Shortly after Halloween, we turned Elisabeth around. She’d been resisting the car seat for about a month by then when it finally occurred to me that maybe she was just growing up. Who wants to get into a car and face backward after all? At some point I knew that we’d need to turn her around but I’d held off as long as I could. Now it seemed the time had come. And it had. And we did.
When Elisabeth was about 3 months old, we’d traveled from home from Whole Foods with her car seat unbuckled. My sister Caroline and niece were with me at the time. I’d went into the back seat to get her out and I saw that she was just sitting there, completely unsecured. I think that I started to cry. It was that incident, the fact that we’d moved car seats and that she had fallen a few days earlier that prompted me to head to the North Durham EMS station on Milton Road to get the car seat checked. In those early days I remember being besieged with guilt for failing her on many fronts which now, with hindsight, seem to less “failings” and more lessons that all new moms need to learn.
I hadn’t known of this service before (this and other local resources are listed here at Outside The Mom Box) so unlike most other parents, I went there with baby in seat. They were wonderful, even after I teared up again when they told me that her carseat wasn’t secure at all. They explained to me and while installing the car seat hadn’t been my new parent task, I blamed myself. So when I asked when I needed to turn the car seat around (I at least knew that happened sometime), the older female EMT explained the usual weight and age benchmarks but she added a cautionary story about babies she’d seen with broken necks, fractured skulls in car accidents. “Those are big deals,” she said. “Broken leg or being maybe a little uncomfortable because the kid’s legs don’t have to stretch, not so much.”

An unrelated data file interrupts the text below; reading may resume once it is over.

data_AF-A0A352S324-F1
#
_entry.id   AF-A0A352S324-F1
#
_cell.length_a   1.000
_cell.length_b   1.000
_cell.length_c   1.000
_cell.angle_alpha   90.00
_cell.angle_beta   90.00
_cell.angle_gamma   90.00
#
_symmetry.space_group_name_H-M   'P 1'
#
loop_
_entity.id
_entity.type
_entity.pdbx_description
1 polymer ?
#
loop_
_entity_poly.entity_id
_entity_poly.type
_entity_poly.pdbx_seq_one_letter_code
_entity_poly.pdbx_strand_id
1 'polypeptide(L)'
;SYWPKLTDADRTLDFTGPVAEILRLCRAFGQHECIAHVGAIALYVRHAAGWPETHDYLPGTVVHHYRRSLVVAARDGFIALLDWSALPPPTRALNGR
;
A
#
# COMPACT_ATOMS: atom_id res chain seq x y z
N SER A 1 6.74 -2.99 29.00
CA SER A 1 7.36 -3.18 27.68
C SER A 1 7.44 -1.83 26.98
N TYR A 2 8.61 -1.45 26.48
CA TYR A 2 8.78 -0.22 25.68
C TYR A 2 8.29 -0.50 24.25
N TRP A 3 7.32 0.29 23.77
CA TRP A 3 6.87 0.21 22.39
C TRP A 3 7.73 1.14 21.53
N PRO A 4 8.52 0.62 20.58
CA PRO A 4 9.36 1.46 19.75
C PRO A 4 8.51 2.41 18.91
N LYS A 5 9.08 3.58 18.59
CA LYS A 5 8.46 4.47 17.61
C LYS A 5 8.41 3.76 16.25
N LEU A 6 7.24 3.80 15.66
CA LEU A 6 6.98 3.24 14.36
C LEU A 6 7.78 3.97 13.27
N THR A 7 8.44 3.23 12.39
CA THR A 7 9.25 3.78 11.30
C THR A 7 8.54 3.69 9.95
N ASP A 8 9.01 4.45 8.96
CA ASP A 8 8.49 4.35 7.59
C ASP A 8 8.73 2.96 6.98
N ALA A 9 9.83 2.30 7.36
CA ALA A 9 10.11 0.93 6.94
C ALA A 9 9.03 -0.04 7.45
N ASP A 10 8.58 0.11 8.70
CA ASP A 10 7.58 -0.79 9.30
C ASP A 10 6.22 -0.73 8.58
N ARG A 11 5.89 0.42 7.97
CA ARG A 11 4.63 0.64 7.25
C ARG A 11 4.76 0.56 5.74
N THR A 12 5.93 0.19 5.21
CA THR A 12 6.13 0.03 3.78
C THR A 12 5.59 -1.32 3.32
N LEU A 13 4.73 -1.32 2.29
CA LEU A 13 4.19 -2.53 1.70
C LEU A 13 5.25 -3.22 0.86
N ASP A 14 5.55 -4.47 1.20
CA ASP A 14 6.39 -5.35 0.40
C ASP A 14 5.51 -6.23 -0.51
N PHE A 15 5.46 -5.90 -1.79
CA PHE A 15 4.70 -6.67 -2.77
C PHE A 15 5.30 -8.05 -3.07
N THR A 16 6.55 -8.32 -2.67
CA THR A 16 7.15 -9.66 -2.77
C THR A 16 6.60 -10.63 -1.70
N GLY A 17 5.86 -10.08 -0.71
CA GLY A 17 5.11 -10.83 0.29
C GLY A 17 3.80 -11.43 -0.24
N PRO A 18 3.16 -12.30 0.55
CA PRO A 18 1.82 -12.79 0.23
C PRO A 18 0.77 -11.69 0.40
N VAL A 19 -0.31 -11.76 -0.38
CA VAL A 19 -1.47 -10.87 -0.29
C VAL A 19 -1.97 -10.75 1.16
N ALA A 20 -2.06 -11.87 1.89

I took her words to heart. Elisabeth faced backwards for almost 2.5 years of her life. I thought I’d have to switch her sooner when she traveled in the car facing forward in Germany during our trip this summer (no car seats for toddlers have the option of being backwards) but she didn’t notice the difference when we came back here. The words of that EMT had been seared into my brain. But last month, Elisabeth would dawdle forever getting into her car seat or would resist so hard that I’d have to force her little body in just so we could get the two miles to school, I knew that we needed to make a change.
How much do we not know as new moms when our babies are small? The plus is now, it’s less frantically trying to figure it out before disaster (imminent for sure) strikes. The first year was all about keeping our collective heads above water so we could both float in our sea of uncertainty. The second year is more about paying attention, to yourself and your child. Learning what to watch for. Anticipating what they might be looking for and needing. So far this third year feels centered around developing skills to tackle the stubborn pushback your toddler is doling out, sometimes unconsciously (“what schedule?”) and sometimes deliberately.
Almost every time Elisabeth gets into the car now she says “turned around!” like it happened yesterday. The novelty will wear off but for now, she seems excited. Elisabeth is a real small person who actively adds to the conversation. She’s glad to be treated seriously, like a kid, not a baby. And while it might take me a bit to catch on (where is my toddler group?!) when I do, I no longer avoid an action due to fear. One of “developing skills” for sure!